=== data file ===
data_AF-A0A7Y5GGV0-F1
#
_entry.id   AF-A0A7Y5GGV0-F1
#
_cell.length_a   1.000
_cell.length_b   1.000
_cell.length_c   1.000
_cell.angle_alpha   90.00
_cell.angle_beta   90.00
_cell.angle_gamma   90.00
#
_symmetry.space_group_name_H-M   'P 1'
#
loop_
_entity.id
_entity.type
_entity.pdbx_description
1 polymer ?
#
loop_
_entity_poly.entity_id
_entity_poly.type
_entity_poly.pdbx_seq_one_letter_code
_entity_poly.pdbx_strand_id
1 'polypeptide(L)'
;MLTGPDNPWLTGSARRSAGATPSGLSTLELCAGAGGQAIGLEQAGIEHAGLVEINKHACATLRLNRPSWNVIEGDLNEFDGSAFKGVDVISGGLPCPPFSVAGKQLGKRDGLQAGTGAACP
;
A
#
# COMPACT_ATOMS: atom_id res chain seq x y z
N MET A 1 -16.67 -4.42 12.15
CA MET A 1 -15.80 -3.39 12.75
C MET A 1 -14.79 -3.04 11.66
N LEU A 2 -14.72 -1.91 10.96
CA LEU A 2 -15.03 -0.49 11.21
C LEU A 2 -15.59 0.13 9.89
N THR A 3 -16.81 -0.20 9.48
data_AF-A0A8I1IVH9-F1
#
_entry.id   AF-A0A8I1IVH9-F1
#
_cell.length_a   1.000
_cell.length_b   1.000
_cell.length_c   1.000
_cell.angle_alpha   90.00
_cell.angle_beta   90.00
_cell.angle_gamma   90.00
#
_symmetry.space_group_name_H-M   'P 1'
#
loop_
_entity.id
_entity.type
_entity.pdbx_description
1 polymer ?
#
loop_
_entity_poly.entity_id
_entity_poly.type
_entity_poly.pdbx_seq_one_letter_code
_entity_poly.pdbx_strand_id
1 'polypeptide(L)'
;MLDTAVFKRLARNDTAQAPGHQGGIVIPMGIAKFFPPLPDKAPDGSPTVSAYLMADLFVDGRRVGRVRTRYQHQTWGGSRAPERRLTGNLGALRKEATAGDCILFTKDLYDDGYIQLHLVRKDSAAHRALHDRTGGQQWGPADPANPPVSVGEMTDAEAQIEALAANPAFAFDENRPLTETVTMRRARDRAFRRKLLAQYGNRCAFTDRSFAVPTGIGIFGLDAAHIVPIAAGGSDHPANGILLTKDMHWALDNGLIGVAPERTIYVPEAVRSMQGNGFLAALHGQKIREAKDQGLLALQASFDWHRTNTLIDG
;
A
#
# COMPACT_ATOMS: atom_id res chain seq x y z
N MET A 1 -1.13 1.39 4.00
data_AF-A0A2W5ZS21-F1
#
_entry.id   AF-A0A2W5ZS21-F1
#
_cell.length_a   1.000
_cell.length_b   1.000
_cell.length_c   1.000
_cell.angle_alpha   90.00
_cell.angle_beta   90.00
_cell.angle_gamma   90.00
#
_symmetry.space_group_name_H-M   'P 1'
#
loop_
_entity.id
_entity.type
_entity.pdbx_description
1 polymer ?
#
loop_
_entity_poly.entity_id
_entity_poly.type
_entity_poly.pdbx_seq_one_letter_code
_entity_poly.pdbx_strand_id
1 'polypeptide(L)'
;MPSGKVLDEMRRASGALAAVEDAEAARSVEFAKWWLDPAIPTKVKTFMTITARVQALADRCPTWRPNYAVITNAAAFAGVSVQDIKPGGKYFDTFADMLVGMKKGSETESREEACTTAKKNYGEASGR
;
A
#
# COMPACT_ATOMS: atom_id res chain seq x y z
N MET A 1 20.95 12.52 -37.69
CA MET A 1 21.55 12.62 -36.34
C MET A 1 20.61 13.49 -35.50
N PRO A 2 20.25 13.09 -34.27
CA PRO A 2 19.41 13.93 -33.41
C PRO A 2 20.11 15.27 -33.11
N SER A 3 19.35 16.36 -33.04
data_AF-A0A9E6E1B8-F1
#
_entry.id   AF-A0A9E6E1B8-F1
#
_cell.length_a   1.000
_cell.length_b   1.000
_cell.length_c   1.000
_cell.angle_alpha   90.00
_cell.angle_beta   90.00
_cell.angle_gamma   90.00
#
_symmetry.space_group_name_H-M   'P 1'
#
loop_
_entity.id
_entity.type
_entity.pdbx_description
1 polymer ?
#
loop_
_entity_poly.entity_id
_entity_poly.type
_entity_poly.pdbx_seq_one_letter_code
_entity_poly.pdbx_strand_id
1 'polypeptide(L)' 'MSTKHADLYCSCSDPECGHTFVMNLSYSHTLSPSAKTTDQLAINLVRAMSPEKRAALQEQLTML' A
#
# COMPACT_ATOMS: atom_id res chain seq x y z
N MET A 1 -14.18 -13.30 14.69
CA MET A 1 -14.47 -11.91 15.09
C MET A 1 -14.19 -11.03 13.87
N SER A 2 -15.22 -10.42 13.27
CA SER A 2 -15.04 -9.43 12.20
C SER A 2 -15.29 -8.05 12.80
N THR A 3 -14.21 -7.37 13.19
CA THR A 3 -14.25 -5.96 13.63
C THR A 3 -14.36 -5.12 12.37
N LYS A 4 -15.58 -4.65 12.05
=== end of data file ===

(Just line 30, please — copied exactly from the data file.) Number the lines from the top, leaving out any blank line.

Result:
# COMPACT_ATOMS: atom_id res chain seq x y z